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Pros: The sound that I've gotten from this device is very, very good. I've been using a ~$450 DAC/Amp combo from a well-known manufacturer (in the audiophile community at least) for a couple of years now and have been quite pleased with it for the price. But I definitely notice an improvement to the sound, particularly in the size and depth of the sound stage, when using the Asus Xonar Muses Edition. The sound also just feels a little punchier and more up-front when compared to my old DAC/Amp. (apparently I can't mention the brand or model due to Newegg's review guidelines).
I'd talk about the pros of the sound quality some more, but there are already a few professional reviews out there for the Muses edition that do a much better job than I ever could, so just search for those.
If sound quality alone is all you care about, then I don't think you're going to do much better than this DAC. What it suffers from though is build quality, which I'll detail in the cons below.
Cons: The unit itself feels very solid and hefty, so in that regard it doesn't feel cheap at all. Unfortunately the plastic volume knobs on the front of the unit just do seem like a strange choice for a DAC of this price (I know the standard Xonar Essence One is considerably cheaper and in a price range where maybe plastic knobs aren't such a big deal, and I know the increased cost of the Muses edition is due almost entirely to the Muse op-amps used in it, but when you're approaching the thousand dollar mark... I just expect high-grade volume control and construction).
The other thing that bothers me is the dual volume control knobs: one for the DAC's outputs, and one dedicated to the headphone out alone (I want to say I've seen others before say that the main volume knob also affected the headphone volume, but I've not experienced this. Maybe Asus changed this behavior, or maybe I'm just not remembering correctly, but I've not experienced this). I totally understand and agree with Asus's reasoning that it'd be nice to not have to adjust volume when switching between headphones and speakers. But unfortunately, Asus only went half as far as they needed to go. What ends up happening is that I still have to manually turn the volume down on one and turn the volume up on the other so that they're not both playing at the same time (why would I want my headphones playing music, going through senseless wear and tear, when I'm listening to my speakers? And my headphones are open-back (Sennheiser HD650), so the speakers absolutely must get muted too or their sound would leak in like crazy). What the Xonar Essence One is missing is a pair of mute buttons, one for the DAC's outputs and one for the headphone amp, if they want to leave the ability to have both playing at the same time (I'm not sure why you'd ever need to do this though). Or, and preferably, keep both volume knobs, but just have a way to switch between them.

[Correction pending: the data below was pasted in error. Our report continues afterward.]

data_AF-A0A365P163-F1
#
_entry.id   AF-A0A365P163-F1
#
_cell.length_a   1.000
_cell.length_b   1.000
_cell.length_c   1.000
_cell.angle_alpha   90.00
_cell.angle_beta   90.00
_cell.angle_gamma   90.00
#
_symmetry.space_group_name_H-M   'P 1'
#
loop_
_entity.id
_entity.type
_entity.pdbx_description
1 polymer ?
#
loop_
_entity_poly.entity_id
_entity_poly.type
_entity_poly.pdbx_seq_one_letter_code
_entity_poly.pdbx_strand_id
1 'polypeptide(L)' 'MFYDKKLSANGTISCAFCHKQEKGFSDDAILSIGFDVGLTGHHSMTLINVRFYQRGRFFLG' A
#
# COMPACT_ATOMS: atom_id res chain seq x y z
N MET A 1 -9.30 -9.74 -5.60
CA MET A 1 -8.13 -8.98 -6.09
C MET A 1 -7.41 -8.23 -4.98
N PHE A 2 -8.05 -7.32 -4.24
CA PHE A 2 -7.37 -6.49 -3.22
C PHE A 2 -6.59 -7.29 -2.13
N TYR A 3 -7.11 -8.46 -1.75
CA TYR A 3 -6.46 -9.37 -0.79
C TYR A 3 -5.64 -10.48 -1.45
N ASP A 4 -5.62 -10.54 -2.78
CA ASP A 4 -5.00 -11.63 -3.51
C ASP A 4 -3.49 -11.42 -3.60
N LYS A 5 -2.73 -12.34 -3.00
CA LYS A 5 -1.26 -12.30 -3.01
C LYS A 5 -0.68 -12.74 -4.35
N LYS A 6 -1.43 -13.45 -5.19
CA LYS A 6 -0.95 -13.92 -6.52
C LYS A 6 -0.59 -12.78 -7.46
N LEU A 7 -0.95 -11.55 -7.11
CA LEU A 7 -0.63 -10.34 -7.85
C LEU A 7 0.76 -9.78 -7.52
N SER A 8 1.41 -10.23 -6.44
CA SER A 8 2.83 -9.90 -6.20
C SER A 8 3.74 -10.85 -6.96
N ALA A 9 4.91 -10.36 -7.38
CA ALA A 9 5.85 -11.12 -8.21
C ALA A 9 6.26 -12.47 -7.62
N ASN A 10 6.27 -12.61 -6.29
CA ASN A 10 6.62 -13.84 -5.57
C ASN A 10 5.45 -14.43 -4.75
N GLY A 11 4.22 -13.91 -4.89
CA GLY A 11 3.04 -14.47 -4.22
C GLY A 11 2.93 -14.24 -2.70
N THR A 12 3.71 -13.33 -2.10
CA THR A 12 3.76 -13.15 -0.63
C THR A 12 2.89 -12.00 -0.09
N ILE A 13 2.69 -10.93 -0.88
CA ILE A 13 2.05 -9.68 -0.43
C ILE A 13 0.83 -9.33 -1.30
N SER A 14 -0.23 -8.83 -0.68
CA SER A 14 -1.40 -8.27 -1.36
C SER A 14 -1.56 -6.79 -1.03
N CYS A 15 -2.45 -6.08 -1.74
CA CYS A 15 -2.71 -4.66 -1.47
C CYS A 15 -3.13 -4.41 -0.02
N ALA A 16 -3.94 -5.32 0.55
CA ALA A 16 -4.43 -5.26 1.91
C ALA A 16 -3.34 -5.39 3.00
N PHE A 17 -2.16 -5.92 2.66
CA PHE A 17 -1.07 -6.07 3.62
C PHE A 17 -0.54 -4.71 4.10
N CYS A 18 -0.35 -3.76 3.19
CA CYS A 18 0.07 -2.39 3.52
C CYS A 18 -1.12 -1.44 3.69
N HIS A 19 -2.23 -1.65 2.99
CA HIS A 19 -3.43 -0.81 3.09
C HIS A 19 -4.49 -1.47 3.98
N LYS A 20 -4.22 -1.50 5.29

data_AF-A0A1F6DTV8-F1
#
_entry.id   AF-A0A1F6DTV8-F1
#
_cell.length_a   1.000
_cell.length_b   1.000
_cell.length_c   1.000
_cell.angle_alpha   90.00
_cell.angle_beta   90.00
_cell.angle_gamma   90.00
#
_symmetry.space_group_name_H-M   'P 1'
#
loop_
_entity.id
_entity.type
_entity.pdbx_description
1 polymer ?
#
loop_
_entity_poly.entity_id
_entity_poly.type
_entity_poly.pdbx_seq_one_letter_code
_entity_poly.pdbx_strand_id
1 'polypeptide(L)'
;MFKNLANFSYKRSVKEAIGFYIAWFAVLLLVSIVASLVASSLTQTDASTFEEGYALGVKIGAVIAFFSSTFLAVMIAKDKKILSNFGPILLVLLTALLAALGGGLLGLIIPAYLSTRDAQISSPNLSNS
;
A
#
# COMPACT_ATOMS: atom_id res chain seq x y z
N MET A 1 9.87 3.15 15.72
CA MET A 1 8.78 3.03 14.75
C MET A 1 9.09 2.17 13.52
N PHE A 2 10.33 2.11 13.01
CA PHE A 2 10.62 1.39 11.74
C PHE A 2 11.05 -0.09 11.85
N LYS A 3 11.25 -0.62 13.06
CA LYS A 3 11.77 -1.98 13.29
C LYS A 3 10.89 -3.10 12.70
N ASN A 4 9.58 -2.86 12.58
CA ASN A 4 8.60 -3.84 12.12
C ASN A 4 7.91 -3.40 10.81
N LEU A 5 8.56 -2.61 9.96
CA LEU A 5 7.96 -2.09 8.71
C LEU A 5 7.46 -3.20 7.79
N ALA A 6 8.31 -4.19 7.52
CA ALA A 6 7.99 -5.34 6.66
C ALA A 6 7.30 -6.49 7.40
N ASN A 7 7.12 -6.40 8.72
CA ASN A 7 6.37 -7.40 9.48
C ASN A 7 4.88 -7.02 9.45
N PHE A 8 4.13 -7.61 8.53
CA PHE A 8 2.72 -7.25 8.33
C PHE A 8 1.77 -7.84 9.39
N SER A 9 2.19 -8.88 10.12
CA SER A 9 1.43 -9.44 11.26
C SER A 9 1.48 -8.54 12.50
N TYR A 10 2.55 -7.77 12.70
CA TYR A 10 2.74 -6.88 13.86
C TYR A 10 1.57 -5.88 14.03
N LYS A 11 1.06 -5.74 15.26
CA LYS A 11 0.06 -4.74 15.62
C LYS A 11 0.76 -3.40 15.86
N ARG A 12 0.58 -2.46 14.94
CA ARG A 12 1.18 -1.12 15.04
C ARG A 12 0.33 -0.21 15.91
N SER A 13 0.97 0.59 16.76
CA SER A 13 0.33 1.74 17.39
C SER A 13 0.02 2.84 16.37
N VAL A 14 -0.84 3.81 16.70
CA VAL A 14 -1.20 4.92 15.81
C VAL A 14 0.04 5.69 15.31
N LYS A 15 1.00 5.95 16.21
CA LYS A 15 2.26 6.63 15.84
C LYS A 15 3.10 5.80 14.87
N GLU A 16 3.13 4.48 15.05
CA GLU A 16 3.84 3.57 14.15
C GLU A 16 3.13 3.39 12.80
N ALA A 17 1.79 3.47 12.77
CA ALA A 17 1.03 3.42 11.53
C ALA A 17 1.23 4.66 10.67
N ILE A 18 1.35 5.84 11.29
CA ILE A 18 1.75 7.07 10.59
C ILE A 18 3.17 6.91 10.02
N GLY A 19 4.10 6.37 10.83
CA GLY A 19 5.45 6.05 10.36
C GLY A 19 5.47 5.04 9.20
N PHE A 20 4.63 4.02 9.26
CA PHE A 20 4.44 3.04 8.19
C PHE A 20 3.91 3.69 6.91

And yes, I'm aware that I could always just unplug my headphones when they're not in use, but this is still an inconvenience and still leaves me having to turn down the main volume control knob when they're plugged in.
I've attached a video to my review that demonstrates the issue.
The up-sampling feature is a bit of a toss-up. On my system (Swan T200b speakers), any perceived benefit you get from the up-sampling is also marred by a rather dramatic decrease in the higher frequencies, making this DAC sound more laid-back. I say it's a toss-up because I could see this being a non-issue if your speakers/headphones already have a somewhat bright character to them, but otherwise I think you'll find that you're suddenly missing some clarity to the sound that you knew was there before without the up-sampling. I'm not 100% sure why their up-sampling feature would be having such an effect on the sound to begin with, but it's just not a good match for either my specific headphones or speakers.
Other Thoughts: Despite my hefty description of the cons above, I'm giving the Xonar Essence One Muses Edition 4 eggs because if you're using it JUST for headphones or JUST for speakers, then that nullifies my gripes about the dual-volume control and really only leaves the complaint about the plastic knobs; not THAT big of an issue, just strange for a DAC of this price.
I've decided that I'll be returning my unit though. I switch between headphones and speakers often, and having to readjust two volume control knobs each time I want to do that instead of just pressing a button is just too inconvenient of a change from what I'm used to. I can't imagine it would be too difficult or costly for Asus to introduce this feature in a revision later down the road, but I'll be the first to say that I don't know what would truly be involved in accomplishing such a task.
So if you listen to your audio over just one output device, then I think you'll end up being very pleased with the Xonar Essence One Muses Edition; otherwise, if you're switching between speakers and headphones often, I'd carefully consider if the dual-volume control knobs would bother you, particularly if you're already used to just pressing a single button to switch between one or the other.